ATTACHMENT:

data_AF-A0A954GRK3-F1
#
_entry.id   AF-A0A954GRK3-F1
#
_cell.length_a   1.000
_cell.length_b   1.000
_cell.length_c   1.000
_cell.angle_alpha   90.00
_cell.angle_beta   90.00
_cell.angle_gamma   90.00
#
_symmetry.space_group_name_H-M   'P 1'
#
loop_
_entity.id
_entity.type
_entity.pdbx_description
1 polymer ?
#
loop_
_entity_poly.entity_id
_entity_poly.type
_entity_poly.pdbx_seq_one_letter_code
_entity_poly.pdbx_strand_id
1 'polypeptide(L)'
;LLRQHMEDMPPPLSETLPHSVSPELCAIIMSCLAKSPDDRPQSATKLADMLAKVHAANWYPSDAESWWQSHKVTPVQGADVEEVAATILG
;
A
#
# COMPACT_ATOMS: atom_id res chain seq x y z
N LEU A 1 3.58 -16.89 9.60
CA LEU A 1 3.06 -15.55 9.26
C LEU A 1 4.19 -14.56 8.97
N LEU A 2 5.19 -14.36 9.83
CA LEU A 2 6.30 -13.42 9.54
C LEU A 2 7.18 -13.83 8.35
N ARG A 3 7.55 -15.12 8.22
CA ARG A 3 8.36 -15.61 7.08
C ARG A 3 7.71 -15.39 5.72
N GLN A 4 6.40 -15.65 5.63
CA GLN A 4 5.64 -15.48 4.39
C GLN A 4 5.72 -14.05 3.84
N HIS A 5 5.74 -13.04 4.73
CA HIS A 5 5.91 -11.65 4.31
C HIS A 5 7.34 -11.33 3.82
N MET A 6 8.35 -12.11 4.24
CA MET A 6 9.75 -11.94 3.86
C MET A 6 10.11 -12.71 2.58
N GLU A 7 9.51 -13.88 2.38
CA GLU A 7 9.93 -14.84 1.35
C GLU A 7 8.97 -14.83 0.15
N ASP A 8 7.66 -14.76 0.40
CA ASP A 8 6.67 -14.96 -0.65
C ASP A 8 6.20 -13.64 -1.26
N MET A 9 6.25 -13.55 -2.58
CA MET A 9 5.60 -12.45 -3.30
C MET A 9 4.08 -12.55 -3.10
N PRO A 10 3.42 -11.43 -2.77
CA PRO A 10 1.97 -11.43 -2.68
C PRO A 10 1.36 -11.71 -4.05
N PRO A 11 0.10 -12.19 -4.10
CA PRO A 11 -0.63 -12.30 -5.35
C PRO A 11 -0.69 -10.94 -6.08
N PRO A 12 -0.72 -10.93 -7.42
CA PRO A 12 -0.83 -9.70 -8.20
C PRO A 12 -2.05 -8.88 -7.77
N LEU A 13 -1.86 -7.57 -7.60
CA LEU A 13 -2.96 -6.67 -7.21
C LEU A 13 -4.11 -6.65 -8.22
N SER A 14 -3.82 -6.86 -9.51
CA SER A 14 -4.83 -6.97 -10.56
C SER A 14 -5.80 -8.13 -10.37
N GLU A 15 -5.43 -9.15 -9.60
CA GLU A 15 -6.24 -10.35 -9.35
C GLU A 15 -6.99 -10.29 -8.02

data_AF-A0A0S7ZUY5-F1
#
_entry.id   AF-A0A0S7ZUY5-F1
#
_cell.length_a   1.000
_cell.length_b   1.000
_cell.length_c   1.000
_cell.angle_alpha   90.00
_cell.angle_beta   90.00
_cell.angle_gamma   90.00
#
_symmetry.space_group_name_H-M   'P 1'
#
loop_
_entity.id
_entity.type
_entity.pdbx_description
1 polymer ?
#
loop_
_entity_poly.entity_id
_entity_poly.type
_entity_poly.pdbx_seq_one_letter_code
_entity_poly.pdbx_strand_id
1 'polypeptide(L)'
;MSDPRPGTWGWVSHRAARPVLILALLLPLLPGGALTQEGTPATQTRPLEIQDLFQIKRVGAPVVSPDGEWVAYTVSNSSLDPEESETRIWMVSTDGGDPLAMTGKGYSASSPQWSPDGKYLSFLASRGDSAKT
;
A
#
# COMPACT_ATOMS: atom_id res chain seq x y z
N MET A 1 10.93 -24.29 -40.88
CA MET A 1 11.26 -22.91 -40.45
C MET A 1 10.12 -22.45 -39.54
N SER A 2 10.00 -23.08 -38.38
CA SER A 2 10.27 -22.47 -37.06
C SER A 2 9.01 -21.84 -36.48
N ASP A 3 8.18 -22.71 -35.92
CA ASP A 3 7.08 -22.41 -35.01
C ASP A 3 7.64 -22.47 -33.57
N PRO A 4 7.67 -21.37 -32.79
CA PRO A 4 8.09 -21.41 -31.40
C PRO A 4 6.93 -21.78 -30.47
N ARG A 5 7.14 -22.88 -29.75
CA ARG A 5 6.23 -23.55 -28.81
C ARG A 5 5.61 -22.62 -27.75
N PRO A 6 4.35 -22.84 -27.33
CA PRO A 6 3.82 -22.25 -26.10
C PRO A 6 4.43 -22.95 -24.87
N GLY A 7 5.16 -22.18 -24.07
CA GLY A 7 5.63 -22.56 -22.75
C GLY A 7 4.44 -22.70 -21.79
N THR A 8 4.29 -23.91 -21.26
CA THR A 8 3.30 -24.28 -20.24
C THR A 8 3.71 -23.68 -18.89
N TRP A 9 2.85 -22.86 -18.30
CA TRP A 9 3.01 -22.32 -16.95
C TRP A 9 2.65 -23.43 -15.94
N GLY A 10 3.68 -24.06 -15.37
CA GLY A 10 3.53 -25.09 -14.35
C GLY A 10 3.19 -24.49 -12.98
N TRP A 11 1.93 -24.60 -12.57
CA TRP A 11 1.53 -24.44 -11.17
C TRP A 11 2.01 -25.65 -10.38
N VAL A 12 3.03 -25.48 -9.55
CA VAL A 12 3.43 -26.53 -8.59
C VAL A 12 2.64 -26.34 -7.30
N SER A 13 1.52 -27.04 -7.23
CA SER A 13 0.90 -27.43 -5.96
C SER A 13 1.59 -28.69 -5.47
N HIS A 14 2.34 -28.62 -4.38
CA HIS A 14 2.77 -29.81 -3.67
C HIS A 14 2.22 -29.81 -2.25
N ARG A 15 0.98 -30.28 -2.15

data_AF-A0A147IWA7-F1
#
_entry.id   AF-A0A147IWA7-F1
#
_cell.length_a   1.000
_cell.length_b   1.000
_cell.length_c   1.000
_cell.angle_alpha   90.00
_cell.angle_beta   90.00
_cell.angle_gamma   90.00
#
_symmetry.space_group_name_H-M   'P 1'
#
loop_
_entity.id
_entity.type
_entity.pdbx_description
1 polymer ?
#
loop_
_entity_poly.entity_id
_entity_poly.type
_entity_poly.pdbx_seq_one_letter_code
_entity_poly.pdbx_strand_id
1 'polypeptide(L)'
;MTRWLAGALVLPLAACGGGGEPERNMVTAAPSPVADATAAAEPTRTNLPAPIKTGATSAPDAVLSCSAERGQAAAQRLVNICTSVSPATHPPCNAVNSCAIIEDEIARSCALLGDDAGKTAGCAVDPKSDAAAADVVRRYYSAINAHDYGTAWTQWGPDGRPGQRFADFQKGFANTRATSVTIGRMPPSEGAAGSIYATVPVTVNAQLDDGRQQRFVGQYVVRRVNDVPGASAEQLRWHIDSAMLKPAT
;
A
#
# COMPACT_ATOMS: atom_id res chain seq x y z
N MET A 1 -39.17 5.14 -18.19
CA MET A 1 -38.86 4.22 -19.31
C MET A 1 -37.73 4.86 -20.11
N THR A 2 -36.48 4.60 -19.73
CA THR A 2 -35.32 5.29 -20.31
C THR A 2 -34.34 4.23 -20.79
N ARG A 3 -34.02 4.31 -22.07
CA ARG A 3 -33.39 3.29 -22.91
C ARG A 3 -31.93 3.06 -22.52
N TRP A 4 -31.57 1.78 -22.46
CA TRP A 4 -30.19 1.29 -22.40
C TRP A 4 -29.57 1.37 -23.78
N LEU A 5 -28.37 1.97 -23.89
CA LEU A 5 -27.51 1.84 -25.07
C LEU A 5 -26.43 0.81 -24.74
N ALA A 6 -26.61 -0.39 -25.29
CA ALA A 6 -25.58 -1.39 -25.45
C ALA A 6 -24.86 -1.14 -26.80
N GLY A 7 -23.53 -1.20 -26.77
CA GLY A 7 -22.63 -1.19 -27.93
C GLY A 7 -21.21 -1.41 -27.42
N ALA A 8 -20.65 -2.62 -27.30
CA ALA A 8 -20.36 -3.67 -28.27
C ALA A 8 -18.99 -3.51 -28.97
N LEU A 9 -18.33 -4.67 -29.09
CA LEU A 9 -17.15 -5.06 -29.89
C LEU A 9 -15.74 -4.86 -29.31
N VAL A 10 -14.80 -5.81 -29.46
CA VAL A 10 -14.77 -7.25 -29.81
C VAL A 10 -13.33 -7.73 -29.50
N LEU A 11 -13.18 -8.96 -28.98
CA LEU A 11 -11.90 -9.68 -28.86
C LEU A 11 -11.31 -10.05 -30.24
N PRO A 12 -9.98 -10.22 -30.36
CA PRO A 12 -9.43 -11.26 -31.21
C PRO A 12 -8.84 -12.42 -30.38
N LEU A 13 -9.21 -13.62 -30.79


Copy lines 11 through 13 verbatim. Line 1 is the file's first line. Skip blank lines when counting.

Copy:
#
_symmetry.space_group_name_H-M   'P 1'
#